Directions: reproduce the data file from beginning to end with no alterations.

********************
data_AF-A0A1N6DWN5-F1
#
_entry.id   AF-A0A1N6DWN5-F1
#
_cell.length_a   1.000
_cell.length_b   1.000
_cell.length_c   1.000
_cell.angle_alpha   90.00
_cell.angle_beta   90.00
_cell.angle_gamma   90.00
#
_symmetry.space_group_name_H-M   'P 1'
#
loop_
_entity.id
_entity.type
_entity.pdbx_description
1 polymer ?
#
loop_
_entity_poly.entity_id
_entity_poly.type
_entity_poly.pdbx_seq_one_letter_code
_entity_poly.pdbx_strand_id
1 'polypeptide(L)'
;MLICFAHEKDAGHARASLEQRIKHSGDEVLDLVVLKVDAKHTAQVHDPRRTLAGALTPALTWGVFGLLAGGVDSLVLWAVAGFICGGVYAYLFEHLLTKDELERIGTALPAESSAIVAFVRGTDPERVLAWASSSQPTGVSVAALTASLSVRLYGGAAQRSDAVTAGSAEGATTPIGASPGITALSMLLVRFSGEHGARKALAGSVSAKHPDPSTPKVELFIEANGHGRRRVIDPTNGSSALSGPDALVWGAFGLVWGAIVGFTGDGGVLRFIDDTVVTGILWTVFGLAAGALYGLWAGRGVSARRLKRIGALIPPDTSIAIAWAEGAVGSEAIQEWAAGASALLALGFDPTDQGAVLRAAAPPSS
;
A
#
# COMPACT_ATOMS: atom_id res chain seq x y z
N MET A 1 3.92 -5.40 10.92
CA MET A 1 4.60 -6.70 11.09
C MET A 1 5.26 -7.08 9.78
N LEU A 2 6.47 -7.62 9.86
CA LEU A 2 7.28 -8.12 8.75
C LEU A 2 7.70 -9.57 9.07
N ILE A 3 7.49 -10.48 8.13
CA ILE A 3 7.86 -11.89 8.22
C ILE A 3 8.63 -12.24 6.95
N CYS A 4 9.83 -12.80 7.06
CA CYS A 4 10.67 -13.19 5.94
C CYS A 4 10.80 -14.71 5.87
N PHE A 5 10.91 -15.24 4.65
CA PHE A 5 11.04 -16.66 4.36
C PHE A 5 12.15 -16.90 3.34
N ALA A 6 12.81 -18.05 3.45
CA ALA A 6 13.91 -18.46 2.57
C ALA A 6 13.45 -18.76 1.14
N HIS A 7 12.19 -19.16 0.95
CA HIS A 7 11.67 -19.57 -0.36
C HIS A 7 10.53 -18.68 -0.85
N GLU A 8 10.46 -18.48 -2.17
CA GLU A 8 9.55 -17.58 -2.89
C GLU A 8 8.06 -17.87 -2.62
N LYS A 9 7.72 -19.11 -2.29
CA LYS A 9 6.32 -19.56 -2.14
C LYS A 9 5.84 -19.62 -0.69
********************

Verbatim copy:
data_AF-A0A1N6DWN5-F1
#
_entry.id   AF-A0A1N6DWN5-F1
#
_cell.length_a   1.000
_cell.length_b   1.000
_cell.length_c   1.000
_cell.angle_alpha   90.00
_cell.angle_beta   90.00
_cell.angle_gamma   90.00
#
_symmetry.space_group_name_H-M   'P 1'
#
loop_
_entity.id
_entity.type
_entity.pdbx_description
1 polymer ?
#
loop_
_entity_poly.entity_id
_entity_poly.type
_entity_poly.pdbx_seq_one_letter_code
_entity_poly.pdbx_strand_id
1 'polypeptide(L)'
;MLICFAHEKDAGHARASLEQRIKHSGDEVLDLVVLKVDAKHTAQVHDPRRTLAGALTPALTWGVFGLLAGGVDSLVLWAVAGFICGGVYAYLFEHLLTKDELERIGTALPAESSAIVAFVRGTDPERVLAWASSSQPTGVSVAALTASLSVRLYGGAAQRSDAVTAGSAEGATTPIGASPGITALSMLLVRFSGEHGARKALAGSVSAKHPDPSTPKVELFIEANGHGRRRVIDPTNGSSALSGPDALVWGAFGLVWGAIVGFTGDGGVLRFIDDTVVTGILWTVFGLAAGALYGLWAGRGVSARRLKRIGALIPPDTSIAIAWAEGAVGSEAIQEWAAGASALLALGFDPTDQGAVLRAAAPPSS
;
A
#
# COMPACT_ATOMS: atom_id res chain seq x y z
N MET A 1 3.92 -5.40 10.92
CA MET A 1 4.60 -6.70 11.09
C MET A 1 5.26 -7.08 9.78
N LEU A 2 6.47 -7.62 9.86
CA LEU A 2 7.28 -8.12 8.75
C LEU A 2 7.70 -9.57 9.07
N ILE A 3 7.49 -10.48 8.13
CA ILE A 3 7.86 -11.89 8.22
C ILE A 3 8.63 -12.24 6.95
N CYS A 4 9.83 -12.80 7.06
CA CYS A 4 10.67 -13.19 5.94
C CYS A 4 10.80 -14.71 5.87
N PHE A 5 10.91 -15.24 4.65
CA PHE A 5 11.04 -16.66 4.36
C PHE A 5 12.15 -16.90 3.34
N ALA A 6 12.81 -18.05 3.45
CA ALA A 6 13.91 -18.46 2.57
C ALA A 6 13.45 -18.76 1.14
N HIS A 7 12.19 -19.16 0.95
CA HIS A 7 11.67 -19.57 -0.36
C HIS A 7 10.53 -18.68 -0.85
N GLU A 8 10.46 -18.48 -2.17
CA GLU A 8 9.55 -17.58 -2.89
C GLU A 8 8.06 -17.87 -2.62
N LYS A 9 7.72 -19.11 -2.29
CA LYS A 9 6.32 -19.56 -2.14
C LYS A 9 5.84 -19.62 -0.69